Thursday, August 13, 2009

DIY: Dehydrating Organic Fruits and Veggies

Something I've realized about living a sustainable lifestyle and growing most of your own food is that you always have to be one step ahead of what's to come. This season you are preparing for next season, while reaping the rewards from the work you did the season before... (that was almost philosophical!) Right now is a really important time to prepare for winter - there's alot of organic crops that are producing tons of fruits and vegetables, fruit trees are dropping their bounty, and this is when ya find ways to save all that food for later.
There are a few ways you can dehydrate your own food:

1. Food Dehydrator: This is the obvious, but if you are really serious about growing and storing a bunch of food, it may be worth the investment- because it will save ya lots of money later you would have to be spending on organic groceries. My deal with these machines is that alot of them are made of plastic, and I don't think that heating plastic even at low levels is the best for our health- finding one with stainless steal trays is certainly best. Maybe there is one with glass trays out there? Any suggestions?

2. Glass Dish In The Sun: This is a really simple totally DIY way of drying food, I would call 'the quickie'. It may not get your slices as bone dry as a dehydrator (depending on your climate), but it will make some good snacks you can store in the fridge. I put my slices of apple, strawberry, pears, peaches, etc... onto a large glass dish (like a lasagna pan) and put them in an elevated spot directly in the sun. At once house I lived there was a shed with a flat tin roof that got very hot, so I would put the glass dish on top and after one day my fruit snacks would be ready to eat!

3. Oven: This is not the most ideal, as far as energy saving goes and flavor - but it does work. I have even made raisins from grapes in my toaster oven by leaving on a very low heat for two days. You have to spread out the slices on a flat pan, and leave the oven door open a crack to let out the moisture quicker.

4. Build Your Own: The ultimate energy saving dehydrator, with the most natural flavor, and safest way of heating is to build your own solar food dehydrator. My favorite is a simple one built out of glass, screen, and wooden frame that sits in the sun.
Here's some links to other ways of making your very own:


dehydrator fan said...

You can buy a stainless steel dehydrator, but they'll cost at least $100 than the best plastic one (Excalibur). Take a look at the Sausage Maker. Excalibur also makes a stainless one, but it's part of their commercial line and it's 150 lbs.

If you're worried about the food touching the plastic, you can try the non-stick dehydrator sheets. But, if the concern is that the food is in a hot plastic box, then that doesn't help.

Have you seen the plans from

Leslie @ the oko box said...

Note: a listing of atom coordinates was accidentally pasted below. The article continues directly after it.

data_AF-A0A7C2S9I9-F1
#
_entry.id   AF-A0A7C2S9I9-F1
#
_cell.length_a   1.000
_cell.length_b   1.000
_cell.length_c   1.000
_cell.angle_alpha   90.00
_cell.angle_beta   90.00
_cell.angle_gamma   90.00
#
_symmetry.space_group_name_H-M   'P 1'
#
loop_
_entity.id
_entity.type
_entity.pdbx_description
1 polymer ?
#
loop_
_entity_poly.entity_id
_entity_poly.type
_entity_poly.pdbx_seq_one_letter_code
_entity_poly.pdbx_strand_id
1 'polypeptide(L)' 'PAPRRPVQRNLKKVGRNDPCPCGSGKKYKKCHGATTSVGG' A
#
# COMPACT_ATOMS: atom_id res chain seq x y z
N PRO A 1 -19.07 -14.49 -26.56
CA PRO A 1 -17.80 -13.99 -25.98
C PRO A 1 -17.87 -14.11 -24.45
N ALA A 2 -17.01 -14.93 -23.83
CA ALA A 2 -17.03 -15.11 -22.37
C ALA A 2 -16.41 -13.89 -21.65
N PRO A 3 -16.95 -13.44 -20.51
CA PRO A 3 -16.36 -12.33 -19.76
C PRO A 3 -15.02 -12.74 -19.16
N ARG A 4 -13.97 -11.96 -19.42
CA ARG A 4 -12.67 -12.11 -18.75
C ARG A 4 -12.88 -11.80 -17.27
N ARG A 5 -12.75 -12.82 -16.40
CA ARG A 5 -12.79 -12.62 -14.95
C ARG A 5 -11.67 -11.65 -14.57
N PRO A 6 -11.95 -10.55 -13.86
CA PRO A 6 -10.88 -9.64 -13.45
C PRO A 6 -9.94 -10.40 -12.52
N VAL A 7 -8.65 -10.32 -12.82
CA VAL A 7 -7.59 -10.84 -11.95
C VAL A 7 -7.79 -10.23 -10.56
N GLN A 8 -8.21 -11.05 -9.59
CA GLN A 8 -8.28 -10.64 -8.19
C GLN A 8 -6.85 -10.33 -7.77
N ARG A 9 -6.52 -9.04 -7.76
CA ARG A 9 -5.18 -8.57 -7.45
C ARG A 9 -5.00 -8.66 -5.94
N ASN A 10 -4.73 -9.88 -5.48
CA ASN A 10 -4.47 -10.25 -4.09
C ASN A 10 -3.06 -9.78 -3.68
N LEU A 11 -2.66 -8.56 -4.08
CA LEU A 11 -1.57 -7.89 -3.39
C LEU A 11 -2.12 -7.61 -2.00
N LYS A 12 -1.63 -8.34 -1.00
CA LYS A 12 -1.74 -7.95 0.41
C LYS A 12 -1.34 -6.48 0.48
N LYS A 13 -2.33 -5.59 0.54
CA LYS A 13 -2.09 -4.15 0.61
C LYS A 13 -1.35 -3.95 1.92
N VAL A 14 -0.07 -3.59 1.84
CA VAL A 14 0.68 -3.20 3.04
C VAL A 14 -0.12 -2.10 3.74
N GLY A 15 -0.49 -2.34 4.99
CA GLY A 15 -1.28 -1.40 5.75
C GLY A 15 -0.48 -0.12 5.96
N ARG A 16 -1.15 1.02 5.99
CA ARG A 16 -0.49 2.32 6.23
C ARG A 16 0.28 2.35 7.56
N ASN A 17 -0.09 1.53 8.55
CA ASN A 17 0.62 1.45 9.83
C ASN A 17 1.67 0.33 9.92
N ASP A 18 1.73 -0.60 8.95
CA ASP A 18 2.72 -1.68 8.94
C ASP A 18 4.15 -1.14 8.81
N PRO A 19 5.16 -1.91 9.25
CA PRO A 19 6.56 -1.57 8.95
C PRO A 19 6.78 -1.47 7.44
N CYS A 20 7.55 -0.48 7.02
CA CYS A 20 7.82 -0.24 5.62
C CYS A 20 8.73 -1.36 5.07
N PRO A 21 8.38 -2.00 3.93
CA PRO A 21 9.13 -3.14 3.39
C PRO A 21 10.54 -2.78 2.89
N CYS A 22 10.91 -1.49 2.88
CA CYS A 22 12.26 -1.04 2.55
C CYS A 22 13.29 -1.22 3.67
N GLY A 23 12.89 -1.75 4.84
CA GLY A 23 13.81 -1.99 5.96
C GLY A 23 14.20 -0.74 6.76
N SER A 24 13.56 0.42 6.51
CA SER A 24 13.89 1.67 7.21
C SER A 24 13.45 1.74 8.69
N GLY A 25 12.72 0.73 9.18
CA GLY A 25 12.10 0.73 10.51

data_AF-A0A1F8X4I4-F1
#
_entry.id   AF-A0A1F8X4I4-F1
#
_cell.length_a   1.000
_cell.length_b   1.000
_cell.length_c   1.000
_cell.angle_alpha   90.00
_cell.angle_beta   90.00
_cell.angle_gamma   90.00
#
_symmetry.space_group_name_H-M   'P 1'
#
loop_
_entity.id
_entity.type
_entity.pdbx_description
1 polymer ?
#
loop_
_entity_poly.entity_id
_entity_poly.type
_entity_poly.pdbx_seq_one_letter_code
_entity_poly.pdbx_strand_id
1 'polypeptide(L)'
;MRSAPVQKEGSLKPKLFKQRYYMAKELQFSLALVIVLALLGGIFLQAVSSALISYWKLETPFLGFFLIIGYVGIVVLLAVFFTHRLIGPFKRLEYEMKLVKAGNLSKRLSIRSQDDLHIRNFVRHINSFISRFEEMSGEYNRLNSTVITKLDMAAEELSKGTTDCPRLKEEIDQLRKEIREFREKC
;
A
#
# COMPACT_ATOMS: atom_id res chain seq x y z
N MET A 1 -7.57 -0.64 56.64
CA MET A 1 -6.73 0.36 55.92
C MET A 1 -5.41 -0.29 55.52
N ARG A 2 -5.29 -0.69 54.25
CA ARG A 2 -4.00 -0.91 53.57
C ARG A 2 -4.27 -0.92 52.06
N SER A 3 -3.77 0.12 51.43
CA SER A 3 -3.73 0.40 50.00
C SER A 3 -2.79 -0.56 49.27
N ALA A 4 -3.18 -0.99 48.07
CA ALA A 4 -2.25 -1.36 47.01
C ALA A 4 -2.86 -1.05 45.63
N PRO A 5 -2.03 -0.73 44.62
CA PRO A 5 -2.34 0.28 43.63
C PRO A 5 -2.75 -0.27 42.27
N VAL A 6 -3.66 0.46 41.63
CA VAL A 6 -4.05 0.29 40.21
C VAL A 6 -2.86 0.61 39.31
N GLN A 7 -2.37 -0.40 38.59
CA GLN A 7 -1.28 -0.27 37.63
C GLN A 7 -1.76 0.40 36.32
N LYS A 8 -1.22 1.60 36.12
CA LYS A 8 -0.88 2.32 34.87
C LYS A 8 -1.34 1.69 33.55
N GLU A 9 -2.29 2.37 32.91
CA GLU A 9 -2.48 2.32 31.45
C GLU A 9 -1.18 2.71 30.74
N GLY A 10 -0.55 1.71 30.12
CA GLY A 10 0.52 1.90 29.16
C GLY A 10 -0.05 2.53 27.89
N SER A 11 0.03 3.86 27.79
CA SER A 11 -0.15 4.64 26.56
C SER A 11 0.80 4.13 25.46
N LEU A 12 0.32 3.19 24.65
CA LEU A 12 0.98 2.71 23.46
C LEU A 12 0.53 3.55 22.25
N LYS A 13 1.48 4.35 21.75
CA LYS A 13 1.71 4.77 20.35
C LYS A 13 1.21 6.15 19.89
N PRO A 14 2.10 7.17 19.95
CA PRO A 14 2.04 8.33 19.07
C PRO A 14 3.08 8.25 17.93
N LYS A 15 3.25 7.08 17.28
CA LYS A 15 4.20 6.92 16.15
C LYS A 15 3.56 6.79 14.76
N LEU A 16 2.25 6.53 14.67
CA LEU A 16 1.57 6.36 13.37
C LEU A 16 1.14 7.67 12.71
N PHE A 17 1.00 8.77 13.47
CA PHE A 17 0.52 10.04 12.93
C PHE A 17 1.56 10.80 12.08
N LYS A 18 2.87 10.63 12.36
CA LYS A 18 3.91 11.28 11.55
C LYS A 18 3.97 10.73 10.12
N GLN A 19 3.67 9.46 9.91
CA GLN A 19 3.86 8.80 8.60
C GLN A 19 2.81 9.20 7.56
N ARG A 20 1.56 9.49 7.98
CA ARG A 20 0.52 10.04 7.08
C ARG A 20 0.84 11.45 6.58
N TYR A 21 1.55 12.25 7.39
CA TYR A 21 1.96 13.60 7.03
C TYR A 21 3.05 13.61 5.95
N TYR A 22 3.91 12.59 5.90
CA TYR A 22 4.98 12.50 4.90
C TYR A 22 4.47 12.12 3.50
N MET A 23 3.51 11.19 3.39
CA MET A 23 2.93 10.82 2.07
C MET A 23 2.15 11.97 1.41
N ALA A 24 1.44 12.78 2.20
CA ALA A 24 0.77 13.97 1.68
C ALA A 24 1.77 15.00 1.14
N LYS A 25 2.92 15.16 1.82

Thanks Dehydrator Fan! That is really helpful. If I invest in a machine, I definitely want to go with the steel and not with plastic - although 150 pounds is more then I weigh ;). Can't wait to check out!

linda said...

I'm just looking at the dryit site and they use interior grade plywood - full of formaldehyde - NOT good for food.

I've had my eye on the sausagemaker ones with SS shelves (not chrome) but haven't found a Canadian dealer.

Leslie @ the oko box said...

Hey Linda!

You are totally right about the plywood - you can't just use any ole' materials to build one of these things, because it is going to be exposed to the food you are eating. Aldehydes are not good for you (even though industries put them in everything we own).
The safest materials are natural wood, stainless steal, and glass.

Lou Cheese said...

I've noticed that many of the people who are serious about the raw food diet use metal dehydrators. I suspect the plastic ones are geared towards the casual market, whereas a metal one would be more durable with the higher volumes it would see with the raw food diet.

What if someone was lucky enough to live in a rustic paradise with a cast-iron wood stove and a bunch of resourceful hippies around? I bet you & Bort could convert the top part of the stove to a dehydrator, he seems to be quite the eco-engineer. It would limit the dehydrator to the winter season, but it would take advantage of heat you'd be using anyway. And your apartment would smell great ;)

Lou Cheese said...

Oh, and I almost forgot. My mom dehydrates apples and bananas often and she says the thinner you can slice them the better. She uses a mandolin slicer for most fruits, which slices them thin and uniformly, so everything is cooked consistently.

The great thing about dehydrated apples is they seem to retain all the natural sugar after dehydrated and they aren't quite as tart.

Leslie @ the oko box said...

Hey Lou Cheese!

I totally had the same idea, with the woods stove. Last year i cooked food in pots on the wood stove and it came out SO much better then cooking on the electric oven.
Drying apples on the wood stove was exactly what i was thinking about the last few days.